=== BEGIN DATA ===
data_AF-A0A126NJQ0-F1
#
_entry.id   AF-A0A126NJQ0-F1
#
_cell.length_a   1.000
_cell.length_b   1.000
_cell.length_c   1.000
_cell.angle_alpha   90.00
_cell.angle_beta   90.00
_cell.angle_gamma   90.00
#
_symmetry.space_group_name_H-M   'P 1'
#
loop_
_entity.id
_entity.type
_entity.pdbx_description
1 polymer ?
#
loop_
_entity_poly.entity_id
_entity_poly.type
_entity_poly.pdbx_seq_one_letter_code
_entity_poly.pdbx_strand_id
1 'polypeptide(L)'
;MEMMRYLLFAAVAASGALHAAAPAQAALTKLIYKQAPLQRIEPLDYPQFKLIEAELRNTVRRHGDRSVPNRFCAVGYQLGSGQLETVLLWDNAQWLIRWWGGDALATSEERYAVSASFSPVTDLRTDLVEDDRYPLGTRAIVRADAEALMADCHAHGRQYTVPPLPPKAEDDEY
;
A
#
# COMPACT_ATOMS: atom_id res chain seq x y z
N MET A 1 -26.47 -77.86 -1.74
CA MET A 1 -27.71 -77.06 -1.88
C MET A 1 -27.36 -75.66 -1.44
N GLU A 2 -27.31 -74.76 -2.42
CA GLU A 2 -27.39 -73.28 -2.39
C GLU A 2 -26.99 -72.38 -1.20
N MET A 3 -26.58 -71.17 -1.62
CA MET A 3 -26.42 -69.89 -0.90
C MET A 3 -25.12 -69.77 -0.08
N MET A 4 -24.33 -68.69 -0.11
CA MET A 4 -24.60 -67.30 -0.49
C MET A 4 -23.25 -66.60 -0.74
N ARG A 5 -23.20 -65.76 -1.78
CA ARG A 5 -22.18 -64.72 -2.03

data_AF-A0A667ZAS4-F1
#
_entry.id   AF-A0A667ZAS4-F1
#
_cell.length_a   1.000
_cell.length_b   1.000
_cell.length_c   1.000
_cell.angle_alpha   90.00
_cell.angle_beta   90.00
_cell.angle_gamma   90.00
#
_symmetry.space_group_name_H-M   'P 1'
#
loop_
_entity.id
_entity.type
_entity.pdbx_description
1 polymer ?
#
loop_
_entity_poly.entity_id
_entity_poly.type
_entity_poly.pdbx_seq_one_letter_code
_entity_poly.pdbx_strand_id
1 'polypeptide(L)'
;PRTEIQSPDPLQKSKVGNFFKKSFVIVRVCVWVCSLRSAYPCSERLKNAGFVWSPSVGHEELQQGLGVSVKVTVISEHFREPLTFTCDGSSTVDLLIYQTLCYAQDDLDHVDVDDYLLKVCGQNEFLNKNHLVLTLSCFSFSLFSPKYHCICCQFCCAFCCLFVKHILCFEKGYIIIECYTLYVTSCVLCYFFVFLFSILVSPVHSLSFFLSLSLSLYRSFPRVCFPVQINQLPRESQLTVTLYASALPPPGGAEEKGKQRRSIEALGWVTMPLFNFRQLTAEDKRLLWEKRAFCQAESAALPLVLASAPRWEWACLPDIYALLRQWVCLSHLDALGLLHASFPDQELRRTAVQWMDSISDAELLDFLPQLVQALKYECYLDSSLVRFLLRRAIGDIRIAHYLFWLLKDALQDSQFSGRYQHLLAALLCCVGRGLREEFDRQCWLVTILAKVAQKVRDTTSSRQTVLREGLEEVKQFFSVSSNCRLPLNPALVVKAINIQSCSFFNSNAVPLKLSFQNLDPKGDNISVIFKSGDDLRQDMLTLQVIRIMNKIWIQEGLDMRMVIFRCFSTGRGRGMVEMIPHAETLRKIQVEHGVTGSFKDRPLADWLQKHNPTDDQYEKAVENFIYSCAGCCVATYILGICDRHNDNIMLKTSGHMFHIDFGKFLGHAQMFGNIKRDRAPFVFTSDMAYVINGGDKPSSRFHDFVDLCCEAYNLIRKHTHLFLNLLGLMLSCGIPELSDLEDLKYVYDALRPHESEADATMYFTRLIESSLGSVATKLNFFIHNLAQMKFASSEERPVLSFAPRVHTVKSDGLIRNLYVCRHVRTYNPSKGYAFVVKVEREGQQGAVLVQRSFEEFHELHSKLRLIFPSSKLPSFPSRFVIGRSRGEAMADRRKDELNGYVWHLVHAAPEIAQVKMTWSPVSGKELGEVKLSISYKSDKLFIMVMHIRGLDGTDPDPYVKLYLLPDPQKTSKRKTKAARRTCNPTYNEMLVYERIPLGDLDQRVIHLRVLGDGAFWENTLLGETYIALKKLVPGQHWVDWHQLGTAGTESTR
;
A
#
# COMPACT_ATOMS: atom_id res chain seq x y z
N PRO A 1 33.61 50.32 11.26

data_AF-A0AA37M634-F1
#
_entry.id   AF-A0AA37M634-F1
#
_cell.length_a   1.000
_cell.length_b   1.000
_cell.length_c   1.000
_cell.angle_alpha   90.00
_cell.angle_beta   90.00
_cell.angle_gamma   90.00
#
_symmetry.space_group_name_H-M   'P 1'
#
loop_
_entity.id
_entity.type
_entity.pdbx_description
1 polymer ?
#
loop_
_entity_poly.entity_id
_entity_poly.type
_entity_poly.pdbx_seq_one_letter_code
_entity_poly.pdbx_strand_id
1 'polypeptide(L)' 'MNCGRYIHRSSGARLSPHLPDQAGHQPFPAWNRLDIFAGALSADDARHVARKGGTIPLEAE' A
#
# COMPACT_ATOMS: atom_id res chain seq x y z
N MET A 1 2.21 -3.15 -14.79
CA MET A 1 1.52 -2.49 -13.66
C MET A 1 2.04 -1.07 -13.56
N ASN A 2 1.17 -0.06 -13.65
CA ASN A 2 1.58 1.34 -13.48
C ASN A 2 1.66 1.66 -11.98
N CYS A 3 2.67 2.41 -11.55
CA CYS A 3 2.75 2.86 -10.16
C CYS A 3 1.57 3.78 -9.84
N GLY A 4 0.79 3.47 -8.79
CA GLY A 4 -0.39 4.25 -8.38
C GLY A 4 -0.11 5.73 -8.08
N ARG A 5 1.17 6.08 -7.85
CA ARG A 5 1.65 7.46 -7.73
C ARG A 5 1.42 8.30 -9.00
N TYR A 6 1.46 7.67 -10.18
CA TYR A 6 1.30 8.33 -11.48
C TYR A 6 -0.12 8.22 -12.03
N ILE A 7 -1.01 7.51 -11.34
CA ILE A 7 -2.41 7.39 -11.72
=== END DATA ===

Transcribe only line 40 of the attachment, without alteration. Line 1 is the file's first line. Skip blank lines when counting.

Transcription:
N MET A 4 -24.33 -68.69 -0.11